Some call it “co-registration,” some call it “lead generation,” and still others call it “opt-in advertising.”
For the longest time, I just didn’t want to say the word “co-registration” in public. As soon as I did, quality Web sites and advertisers would literally cringe. One memorable example is when I was with some folks from a top-tier advertising agency in La Quinta, CA, last year and mentioned that I run a lead-gen/co-reg company. Their eyes rolled, heads tilted, and mouths grimaced. Now, this could have been the result of their fourth shot of tequila in about 18 minutes, but I’m pretty sure it was the mention of co-registration. And who could blamed them? Until quite recently, co-registration was a downright nasty word.
Co-registration occurs during or after registration at a particular Web site, when users are afforded the opportunity to sign up for third-party offers after they enter their demographic information. Why the negative connotation? Co-registration is a tricky proposition that tempts even the more honest operators to cheat in some way, shape, or form.
Back in the day, some providers went so far as to do straight-up data dumps. That’s when a Web site miraculously delivers tens of thousands of advertiser “leads” out of nowhere. Where in the world does a site that gets 1,000 signups a day come up with 70,000 leads over one weekend? That’s a data dump. Some sites used opt-outs, hidden opt-outs, forced opt-ins, and the like. Any way you slice it, the leads were of horrible quality and the experience was downright cruel for the sites’ own users.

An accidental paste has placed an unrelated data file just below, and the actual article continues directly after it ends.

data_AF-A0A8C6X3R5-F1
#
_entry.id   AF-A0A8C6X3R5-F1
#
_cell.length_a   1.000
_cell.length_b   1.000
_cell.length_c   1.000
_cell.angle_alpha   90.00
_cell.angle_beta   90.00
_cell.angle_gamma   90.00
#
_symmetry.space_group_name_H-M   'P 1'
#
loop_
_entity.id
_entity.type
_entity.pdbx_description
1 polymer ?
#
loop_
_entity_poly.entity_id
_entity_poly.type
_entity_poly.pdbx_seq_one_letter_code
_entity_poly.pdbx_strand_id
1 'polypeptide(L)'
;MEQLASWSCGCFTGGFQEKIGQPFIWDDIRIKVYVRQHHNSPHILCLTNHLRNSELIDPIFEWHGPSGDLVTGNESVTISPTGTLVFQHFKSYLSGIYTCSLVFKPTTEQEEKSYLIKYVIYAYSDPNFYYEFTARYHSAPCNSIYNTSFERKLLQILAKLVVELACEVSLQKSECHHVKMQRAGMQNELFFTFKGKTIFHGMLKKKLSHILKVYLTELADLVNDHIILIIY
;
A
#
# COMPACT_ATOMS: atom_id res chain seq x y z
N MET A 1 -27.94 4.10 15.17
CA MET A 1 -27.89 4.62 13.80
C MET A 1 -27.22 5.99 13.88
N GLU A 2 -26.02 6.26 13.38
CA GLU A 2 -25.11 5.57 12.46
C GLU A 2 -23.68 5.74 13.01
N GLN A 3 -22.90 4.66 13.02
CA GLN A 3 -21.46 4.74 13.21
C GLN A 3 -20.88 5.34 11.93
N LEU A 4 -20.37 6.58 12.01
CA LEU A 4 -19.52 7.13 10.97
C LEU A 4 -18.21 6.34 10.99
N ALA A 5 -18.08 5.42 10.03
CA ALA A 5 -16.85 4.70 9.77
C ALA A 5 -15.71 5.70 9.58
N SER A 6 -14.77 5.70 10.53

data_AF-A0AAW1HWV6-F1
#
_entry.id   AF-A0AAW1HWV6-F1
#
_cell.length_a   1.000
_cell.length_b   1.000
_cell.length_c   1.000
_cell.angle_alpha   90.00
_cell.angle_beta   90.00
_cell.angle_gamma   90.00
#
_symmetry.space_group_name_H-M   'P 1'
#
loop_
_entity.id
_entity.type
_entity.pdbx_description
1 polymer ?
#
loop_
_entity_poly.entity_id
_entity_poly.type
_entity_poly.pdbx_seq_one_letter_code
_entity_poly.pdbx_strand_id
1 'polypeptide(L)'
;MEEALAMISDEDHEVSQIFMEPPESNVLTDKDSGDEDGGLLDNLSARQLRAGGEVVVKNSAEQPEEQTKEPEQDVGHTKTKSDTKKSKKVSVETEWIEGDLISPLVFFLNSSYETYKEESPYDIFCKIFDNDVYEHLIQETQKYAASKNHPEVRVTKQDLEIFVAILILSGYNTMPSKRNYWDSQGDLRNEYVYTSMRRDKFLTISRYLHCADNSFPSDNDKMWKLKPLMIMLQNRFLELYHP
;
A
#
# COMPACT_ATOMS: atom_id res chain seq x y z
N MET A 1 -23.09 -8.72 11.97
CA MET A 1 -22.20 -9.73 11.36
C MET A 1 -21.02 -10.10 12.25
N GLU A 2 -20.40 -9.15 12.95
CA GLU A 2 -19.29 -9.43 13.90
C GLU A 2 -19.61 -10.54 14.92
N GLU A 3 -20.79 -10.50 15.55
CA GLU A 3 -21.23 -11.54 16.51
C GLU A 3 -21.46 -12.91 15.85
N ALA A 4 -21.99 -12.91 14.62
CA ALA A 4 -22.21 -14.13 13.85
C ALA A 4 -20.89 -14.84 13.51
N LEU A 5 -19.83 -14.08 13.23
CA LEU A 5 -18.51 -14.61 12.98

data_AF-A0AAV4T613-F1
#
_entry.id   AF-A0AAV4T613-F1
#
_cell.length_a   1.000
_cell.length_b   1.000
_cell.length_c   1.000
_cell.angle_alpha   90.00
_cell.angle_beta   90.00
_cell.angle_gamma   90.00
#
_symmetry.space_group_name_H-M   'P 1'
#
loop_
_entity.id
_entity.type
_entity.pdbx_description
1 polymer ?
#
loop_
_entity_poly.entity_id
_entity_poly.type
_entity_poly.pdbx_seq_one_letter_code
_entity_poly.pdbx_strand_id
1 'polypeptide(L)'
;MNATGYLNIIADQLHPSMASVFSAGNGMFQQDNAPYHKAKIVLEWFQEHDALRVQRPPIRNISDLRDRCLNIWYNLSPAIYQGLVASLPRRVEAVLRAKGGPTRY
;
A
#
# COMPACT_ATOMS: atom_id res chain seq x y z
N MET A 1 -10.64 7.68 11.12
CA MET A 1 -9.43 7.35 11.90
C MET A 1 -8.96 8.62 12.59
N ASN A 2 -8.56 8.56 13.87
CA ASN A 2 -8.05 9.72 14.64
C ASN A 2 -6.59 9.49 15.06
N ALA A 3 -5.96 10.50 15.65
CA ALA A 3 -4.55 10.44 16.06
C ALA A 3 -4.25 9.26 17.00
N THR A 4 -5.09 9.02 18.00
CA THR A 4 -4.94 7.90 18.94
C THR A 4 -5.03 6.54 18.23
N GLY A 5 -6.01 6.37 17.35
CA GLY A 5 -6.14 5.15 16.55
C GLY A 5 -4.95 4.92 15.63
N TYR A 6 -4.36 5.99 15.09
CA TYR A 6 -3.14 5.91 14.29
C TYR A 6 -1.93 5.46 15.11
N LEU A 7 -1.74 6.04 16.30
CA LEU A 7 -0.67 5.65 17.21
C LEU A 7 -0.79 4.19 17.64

When I started my business three years ago, I wanted to distance myself from co-registration as far as I could. All I could think of was horror stories involving spam and other distasteful stuff. Honestly, there would be sales calls in which I would try my best to not even mention the word “co-reg.” But after 20 minutes of explaining what my company does, the client inevitably would say, “Oh, you mean like co-registration?”
Now, online lead generation, which includes co-registration, is growing like wildfire and will most likely clip a billion-dollar piece of the Internet advertising pie this year. Last year, revenues in the space grew a whopping 290 percent to $753 million, according to the Internet Advertising Bureau (IAB). No other online segment even came close to that increase. Some of the biggest, most respected marketers and some of the more heavily traveled Web sites have discovered the value of co-registration when it’s done the right way.
As the stakes get bigger, companies had better stand up and take notice. There are still too many companies generating leads with co-reg paths that aren’t user-friendly, displaying prechecked boxes, tricking users into opting in, using opt-outs, locking consumers into an endless maze of offers, duping them into thinking they have to take “at least one offer,” trapping them in an endless array of offers, or offering phantom free stuff. (The free iPods and $100 in “free” gas schemes are grist for a separate column.)
Such ill-advised tactics will continue to dampen opportunity, but they can be overcome. I firmly believe if quality leads are delivered to enough advertisers, and enough sites use co-registration without sacrificing the user experience, it will generate enough goodwill so the overall association with the word “co-registration” will be positive. This means more companies must provide high-quality, efficient methods of co-registration; companies that have the big picture and longevity in mind and that aren’t willing to sacrifice quality for a quick buck.
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